When we do this, we become even more powerful. When I connect to my ancestors, and the lands they came from, and the herbs they used, my magic is much more effective than when I use stories and plants and traditions that are not my own. That being said, there is such beauty in sharing spiritual traditions and learning from each other—but it must be done in a way that honors each other fully and with permission! We must also be always advocating for this in our work, for we do not operate in a bubble, and if we care little for how our practices may be negatively impacting others, our magic is not clean and we are manifesting from our shadow.
Some ways to incorporate these principals into your spiritual work RIGHT NOW:
Know the sources of your spiritual tools and start producing them yourself. Instead of buying white sage, make a bundle of juniper, rosemary, or any other herbs you grow in your own garden, or can harvest thoughtfully from the land where you live. When purchasing spiritual tools, find out where they come from. Purchase them from indigenous sources to support the communities that they come from.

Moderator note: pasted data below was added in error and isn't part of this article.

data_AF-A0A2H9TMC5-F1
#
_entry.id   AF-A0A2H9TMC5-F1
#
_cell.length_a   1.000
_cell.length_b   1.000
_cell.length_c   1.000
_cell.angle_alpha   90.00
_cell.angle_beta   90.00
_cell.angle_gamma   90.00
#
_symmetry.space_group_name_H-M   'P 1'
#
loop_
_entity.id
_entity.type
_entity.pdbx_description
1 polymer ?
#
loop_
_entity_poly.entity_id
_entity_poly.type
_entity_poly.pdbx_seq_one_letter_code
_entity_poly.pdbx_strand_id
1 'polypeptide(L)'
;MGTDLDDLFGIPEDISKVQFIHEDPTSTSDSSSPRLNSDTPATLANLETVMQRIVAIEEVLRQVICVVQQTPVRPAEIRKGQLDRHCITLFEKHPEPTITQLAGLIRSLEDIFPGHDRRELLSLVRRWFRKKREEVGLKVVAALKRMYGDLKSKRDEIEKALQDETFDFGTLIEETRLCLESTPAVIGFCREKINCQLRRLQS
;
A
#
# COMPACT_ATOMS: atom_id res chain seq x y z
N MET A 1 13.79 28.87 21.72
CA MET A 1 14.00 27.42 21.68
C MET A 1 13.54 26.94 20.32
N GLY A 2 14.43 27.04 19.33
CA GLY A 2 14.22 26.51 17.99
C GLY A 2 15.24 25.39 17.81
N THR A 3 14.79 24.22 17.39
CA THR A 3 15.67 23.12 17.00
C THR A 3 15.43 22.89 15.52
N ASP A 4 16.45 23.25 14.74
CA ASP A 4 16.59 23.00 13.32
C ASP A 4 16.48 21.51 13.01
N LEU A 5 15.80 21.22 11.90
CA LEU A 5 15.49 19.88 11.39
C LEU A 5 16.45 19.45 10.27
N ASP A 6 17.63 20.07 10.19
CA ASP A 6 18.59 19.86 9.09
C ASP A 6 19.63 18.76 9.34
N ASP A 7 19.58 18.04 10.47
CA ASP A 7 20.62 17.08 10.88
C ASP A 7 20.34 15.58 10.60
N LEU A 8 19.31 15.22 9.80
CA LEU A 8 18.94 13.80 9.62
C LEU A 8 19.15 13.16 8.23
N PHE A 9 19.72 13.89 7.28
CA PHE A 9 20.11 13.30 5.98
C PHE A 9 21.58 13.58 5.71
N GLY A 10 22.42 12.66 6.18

Find out who lived on your land before white settlers came there. Honor those communities; listen to their stories and support them financially and politically. Seek out information about the history of Native communities and speak about it to others.
Crystals are a beautiful tool and a booming industry, but there is very little regulation at this point about how/where they are sourced. Often, children are working in these mines in extremely dangerous conditions and paid a pittance. KNOW WHERE YOUR STUFF COMES FROM, and ask the stores where you shop to educate themselves and be accountable to what they are selling and the energy that it comes from.
If you are a white woman, stop centering yourself! Listen to people of color and consume their work: writing/journalism, art, music, etc. Pay them for their labor—especially that of educating you about inequality and oppression. Understand that it is time to lift up and amplify the voices of the marginalized, not talk over or take over. We are not here to rescue anyone! We are here to be accountable and hold white culture accountable for the harm it has done, and begin the process of making amends and repair.